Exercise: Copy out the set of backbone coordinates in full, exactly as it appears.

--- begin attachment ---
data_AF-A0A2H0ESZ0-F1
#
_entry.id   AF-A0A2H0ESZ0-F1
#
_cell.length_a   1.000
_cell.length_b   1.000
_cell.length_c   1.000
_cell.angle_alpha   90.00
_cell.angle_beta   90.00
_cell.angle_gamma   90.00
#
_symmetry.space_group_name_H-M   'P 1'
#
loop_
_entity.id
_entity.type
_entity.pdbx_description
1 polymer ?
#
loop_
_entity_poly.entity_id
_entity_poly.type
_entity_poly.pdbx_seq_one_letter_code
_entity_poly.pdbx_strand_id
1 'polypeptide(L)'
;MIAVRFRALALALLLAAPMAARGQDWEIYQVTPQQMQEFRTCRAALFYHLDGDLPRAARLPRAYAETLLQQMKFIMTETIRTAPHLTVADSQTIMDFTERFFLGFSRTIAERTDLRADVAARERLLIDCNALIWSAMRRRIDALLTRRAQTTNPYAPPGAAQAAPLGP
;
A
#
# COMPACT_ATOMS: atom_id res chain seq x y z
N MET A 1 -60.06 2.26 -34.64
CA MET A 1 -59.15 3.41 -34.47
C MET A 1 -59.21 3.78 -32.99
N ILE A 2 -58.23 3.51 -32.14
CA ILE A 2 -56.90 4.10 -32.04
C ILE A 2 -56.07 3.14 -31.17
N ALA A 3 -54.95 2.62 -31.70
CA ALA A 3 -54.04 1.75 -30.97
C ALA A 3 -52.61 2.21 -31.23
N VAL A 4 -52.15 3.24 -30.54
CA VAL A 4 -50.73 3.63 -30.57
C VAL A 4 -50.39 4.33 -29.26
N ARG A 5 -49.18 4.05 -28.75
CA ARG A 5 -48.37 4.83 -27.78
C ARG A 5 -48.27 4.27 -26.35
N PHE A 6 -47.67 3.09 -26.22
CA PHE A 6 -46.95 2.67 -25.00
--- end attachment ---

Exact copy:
data_AF-A0A2H0ESZ0-F1
#
_entry.id   AF-A0A2H0ESZ0-F1
#
_cell.length_a   1.000
_cell.length_b   1.000
_cell.length_c   1.000
_cell.angle_alpha   90.00
_cell.angle_beta   90.00
_cell.angle_gamma   90.00
#
_symmetry.space_group_name_H-M   'P 1'
#
loop_
_entity.id
_entity.type
_entity.pdbx_description
1 polymer ?
#
loop_
_entity_poly.entity_id
_entity_poly.type
_entity_poly.pdbx_seq_one_letter_code
_entity_poly.pdbx_strand_id
1 'polypeptide(L)'
;MIAVRFRALALALLLAAPMAARGQDWEIYQVTPQQMQEFRTCRAALFYHLDGDLPRAARLPRAYAETLLQQMKFIMTETIRTAPHLTVADSQTIMDFTERFFLGFSRTIAERTDLRADVAARERLLIDCNALIWSAMRRRIDALLTRRAQTTNPYAPPGAAQAAPLGP
;
A
#
# COMPACT_ATOMS: atom_id res chain seq x y z
N MET A 1 -60.06 2.26 -34.64
CA MET A 1 -59.15 3.41 -34.47
C MET A 1 -59.21 3.78 -32.99
N ILE A 2 -58.23 3.51 -32.14
CA ILE A 2 -56.90 4.10 -32.04
C ILE A 2 -56.07 3.14 -31.17
N ALA A 3 -54.95 2.62 -31.70
CA ALA A 3 -54.04 1.75 -30.97
C ALA A 3 -52.61 2.21 -31.23
N VAL A 4 -52.15 3.24 -30.54
CA VAL A 4 -50.73 3.63 -30.57
C VAL A 4 -50.39 4.33 -29.26
N ARG A 5 -49.18 4.05 -28.75
CA ARG A 5 -48.37 4.83 -27.78
C ARG A 5 -48.27 4.27 -26.35
N PHE A 6 -47.67 3.09 -26.22
CA PHE A 6 -46.95 2.67 -25.00